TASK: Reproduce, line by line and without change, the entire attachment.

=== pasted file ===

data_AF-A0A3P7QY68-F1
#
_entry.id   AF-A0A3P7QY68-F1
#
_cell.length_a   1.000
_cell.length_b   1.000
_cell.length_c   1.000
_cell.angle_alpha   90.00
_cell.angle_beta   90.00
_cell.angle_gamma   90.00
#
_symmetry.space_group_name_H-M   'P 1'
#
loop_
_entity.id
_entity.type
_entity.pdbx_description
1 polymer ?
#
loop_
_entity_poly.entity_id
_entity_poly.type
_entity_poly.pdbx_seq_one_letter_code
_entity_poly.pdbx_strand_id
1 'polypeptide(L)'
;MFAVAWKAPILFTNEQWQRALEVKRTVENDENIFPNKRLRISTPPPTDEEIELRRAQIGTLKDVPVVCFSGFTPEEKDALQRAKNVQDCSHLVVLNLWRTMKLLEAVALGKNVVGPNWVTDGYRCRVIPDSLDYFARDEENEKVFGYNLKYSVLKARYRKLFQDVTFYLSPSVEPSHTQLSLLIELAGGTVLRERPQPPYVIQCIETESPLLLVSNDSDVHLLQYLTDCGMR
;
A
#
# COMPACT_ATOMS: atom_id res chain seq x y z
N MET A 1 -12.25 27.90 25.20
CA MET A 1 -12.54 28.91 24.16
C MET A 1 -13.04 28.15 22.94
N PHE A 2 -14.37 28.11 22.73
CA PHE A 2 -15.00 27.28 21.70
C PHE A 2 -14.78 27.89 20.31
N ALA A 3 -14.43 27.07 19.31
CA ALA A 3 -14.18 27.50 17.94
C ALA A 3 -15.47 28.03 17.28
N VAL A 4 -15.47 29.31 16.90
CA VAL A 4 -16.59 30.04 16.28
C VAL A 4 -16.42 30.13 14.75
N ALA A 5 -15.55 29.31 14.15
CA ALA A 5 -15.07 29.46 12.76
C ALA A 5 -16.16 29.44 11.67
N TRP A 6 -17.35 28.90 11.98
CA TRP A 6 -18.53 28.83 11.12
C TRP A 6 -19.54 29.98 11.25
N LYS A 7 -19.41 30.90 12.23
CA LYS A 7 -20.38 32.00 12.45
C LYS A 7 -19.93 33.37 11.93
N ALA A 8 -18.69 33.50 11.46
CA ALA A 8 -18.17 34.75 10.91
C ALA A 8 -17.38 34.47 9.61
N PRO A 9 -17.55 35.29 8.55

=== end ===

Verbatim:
data_AF-A0A3P7QY68-F1
#
_entry.id   AF-A0A3P7QY68-F1
#
_cell.length_a   1.000
_cell.length_b   1.000
_cell.length_c   1.000
_cell.angle_alpha   90.00
_cell.angle_beta   90.00
_cell.angle_gamma   90.00
#
_symmetry.space_group_name_H-M   'P 1'
#
loop_
_entity.id
_entity.type
_entity.pdbx_description
1 polymer ?
#
loop_
_entity_poly.entity_id
_entity_poly.type
_entity_poly.pdbx_seq_one_letter_code
_entity_poly.pdbx_strand_id
1 'polypeptide(L)'
;MFAVAWKAPILFTNEQWQRALEVKRTVENDENIFPNKRLRISTPPPTDEEIELRRAQIGTLKDVPVVCFSGFTPEEKDALQRAKNVQDCSHLVVLNLWRTMKLLEAVALGKNVVGPNWVTDGYRCRVIPDSLDYFARDEENEKVFGYNLKYSVLKARYRKLFQDVTFYLSPSVEPSHTQLSLLIELAGGTVLRERPQPPYVIQCIETESPLLLVSNDSDVHLLQYLTDCGMR
;
A
#
# COMPACT_ATOMS: atom_id res chain seq x y z
N MET A 1 -12.25 27.90 25.20
CA MET A 1 -12.54 28.91 24.16
C MET A 1 -13.04 28.15 22.94
N PHE A 2 -14.37 28.11 22.73
CA PHE A 2 -15.00 27.28 21.70
C PHE A 2 -14.78 27.89 20.31
N ALA A 3 -14.43 27.07 19.31
CA ALA A 3 -14.18 27.50 17.94
C ALA A 3 -15.47 28.03 17.28
N VAL A 4 -15.47 29.31 16.90
CA VAL A 4 -16.59 30.04 16.28
C VAL A 4 -16.42 30.13 14.75
N ALA A 5 -15.55 29.31 14.15
CA ALA A 5 -15.07 29.46 12.76
C ALA A 5 -16.16 29.44 11.67
N TRP A 6 -17.35 28.90 11.98
CA TRP A 6 -18.53 28.83 11.12
C TRP A 6 -19.54 29.98 11.25
N LYS A 7 -19.41 30.90 12.23
CA LYS A 7 -20.38 32.00 12.45
C LYS A 7 -19.93 33.37 11.93
N ALA A 8 -18.69 33.50 11.46
CA ALA A 8 -18.17 34.75 10.91
C ALA A 8 -17.38 34.47 9.61
N PRO A 9 -17.55 35.29 8.55